Looking at Practice to Find a Theory of Public Service Media

April 11, 2017

During her presentation at the Center for Media, Data and Society on April 10, Karen Donders, who lectures on media policy and European media markets at the Vrije Universiteit Brussel, explored some of the complexity of public service media as it exists in different countries around the world. She noted that public broadcasting is “very contextual” and so the tendency to hold up the United Kingdom and BBC as an example that the rest of the world should emulate was “completely wrong.” Donders described the UK as the “most atypical media market in Europe.”

There is a strong sense in many countries, according to Donders, that public service media “is something of the past.” She explained that this questioning of public service media was often part of a broader questioning of the “welfare state at large.” She spoke out strongly in favor of public service media saying, “there is still a need for public broadcasters. They cover content that others don’t cover“– and do this in an increasingly internationalized media environment.

Although the practice of public service media varies, Donders has identified five “paradoxes” that public service media struggle with everywhere: their relationship with politicians (does public media legitimize the regime or hold it accountable; does it confirm or critically question; does it act as a spokesperson or is it independent); with competitors (is there a “pax media” or is it polarized; do they collaborate with each other or distort the positions of others), with other public institutions (are they focused on themselves or do they demonstrate empathy and/or an appreciation of shared interests and values); with their audiences (do they adopt an “I know best” attitude or do they work collaboratively); and with themselves (do they “walk the talk” or is there evidence of a good deal of hypocrisy). Donders noted that some of these paradoxes – such as public service media’s relationship with other public institutions and public broadcasters’ sometimes schizophrenic relationship with themselves – are understudied.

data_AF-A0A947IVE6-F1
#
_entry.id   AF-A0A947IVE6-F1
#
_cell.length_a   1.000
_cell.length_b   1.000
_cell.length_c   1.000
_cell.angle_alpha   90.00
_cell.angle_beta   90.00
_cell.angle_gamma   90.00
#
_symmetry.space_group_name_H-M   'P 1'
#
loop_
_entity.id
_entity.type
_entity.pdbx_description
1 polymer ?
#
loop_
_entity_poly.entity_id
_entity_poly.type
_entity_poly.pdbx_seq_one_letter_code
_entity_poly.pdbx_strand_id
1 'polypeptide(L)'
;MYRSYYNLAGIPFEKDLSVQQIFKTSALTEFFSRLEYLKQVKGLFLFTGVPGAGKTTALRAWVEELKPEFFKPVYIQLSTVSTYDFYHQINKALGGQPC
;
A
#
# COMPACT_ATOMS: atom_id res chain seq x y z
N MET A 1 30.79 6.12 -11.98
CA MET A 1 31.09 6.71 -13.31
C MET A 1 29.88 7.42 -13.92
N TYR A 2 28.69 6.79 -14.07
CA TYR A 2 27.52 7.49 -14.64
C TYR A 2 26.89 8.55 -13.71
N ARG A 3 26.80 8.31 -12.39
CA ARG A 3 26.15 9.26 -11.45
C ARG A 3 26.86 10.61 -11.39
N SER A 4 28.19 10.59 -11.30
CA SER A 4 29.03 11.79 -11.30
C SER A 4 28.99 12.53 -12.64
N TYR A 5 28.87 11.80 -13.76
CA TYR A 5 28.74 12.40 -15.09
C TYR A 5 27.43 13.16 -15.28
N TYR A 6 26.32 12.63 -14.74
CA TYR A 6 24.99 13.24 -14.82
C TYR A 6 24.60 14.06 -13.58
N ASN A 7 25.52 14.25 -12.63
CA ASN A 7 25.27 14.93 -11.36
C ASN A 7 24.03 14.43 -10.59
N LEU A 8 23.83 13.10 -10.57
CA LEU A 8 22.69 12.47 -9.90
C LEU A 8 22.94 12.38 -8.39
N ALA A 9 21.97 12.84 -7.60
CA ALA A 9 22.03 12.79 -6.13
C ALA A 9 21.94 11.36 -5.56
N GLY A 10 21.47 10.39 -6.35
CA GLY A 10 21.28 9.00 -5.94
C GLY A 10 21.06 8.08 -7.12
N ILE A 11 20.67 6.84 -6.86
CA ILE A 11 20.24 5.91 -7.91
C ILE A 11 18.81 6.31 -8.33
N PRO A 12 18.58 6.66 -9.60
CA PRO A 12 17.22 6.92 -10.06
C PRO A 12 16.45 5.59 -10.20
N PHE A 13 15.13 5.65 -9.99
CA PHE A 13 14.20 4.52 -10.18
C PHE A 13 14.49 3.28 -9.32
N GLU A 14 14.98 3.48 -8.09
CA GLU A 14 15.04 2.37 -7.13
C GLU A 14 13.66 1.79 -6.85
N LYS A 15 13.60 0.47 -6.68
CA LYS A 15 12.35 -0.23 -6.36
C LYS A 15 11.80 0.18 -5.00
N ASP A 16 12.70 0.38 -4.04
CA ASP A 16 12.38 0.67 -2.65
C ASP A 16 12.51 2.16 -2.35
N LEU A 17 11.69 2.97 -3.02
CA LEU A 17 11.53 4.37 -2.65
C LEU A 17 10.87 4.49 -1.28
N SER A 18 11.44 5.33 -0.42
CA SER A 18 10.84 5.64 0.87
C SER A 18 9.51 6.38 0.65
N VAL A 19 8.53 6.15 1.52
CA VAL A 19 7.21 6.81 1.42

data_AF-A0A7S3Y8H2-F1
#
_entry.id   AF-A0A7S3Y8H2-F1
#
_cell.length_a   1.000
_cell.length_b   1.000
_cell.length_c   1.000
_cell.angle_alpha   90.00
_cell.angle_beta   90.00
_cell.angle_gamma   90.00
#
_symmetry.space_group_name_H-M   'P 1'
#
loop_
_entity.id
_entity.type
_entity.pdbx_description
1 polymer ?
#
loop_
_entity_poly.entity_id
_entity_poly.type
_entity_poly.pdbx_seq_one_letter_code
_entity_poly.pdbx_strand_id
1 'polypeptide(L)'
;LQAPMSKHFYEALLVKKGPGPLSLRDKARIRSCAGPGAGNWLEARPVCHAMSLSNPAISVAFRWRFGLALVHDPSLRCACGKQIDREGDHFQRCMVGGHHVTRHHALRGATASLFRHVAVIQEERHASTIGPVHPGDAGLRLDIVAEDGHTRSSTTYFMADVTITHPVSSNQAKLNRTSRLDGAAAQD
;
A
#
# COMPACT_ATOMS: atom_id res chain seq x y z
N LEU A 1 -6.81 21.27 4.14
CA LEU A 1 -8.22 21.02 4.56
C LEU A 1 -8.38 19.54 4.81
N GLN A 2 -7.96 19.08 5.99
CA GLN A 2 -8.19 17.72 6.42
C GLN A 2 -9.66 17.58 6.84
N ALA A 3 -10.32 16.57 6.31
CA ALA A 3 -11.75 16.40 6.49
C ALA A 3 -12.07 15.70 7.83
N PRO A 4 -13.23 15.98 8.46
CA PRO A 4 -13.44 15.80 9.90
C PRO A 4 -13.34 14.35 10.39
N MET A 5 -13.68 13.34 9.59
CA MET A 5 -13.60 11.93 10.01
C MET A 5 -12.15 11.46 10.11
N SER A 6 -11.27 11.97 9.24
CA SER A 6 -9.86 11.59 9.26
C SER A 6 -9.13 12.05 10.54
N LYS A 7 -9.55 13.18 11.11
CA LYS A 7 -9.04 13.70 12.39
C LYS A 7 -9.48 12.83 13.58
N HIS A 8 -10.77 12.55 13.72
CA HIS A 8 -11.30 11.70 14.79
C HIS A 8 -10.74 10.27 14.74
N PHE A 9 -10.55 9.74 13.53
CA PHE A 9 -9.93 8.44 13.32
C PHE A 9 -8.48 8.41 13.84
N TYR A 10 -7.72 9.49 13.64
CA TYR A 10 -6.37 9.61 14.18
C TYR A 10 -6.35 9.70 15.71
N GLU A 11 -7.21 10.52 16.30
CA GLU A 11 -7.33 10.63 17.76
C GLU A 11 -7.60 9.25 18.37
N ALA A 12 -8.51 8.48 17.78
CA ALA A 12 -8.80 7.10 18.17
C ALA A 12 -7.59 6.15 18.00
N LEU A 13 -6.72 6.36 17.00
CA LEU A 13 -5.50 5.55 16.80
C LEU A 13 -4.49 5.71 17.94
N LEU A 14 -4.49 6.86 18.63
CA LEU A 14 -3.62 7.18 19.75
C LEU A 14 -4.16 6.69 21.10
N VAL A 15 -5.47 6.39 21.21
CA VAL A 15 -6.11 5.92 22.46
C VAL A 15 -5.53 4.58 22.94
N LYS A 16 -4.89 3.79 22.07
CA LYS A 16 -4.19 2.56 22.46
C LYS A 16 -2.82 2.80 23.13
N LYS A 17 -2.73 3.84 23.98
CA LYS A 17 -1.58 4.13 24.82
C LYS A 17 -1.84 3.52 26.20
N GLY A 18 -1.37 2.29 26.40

Donders said that there was a tendency for public service media to not live up to its own values. She pointed to “money waste” and “seemingly endless layers of management” as just two examples of ways in which some public broadcasters in Europe do not adhere to the standards they set at the conceptual/aspirational level. “Diversity is a problem too,” she said noting that public service media organizations are often not representative of the countries they serve.

Donders explained that she plans to elaborate on the practices of public service media in a variety of European countries and to contrast these with contemporary theoretical thinking on public service media in a forthcoming book, “Public service media: Between theory, rules and practice.” In this book she will contribute to theoretical thinking by building on the five paradoxes discussed extensively in her presentation.

The importance of public service radio, the advantages and disadvantages of de-centralizing public service media in countries with a state broadcaster history, the relationship between public broadcasting and community media, and the need for Central, Eastern, and Southern European scholars in the field to exchange ideas, were among the many topics that were explored during the lively question and answer session that followed Donders’ presentation.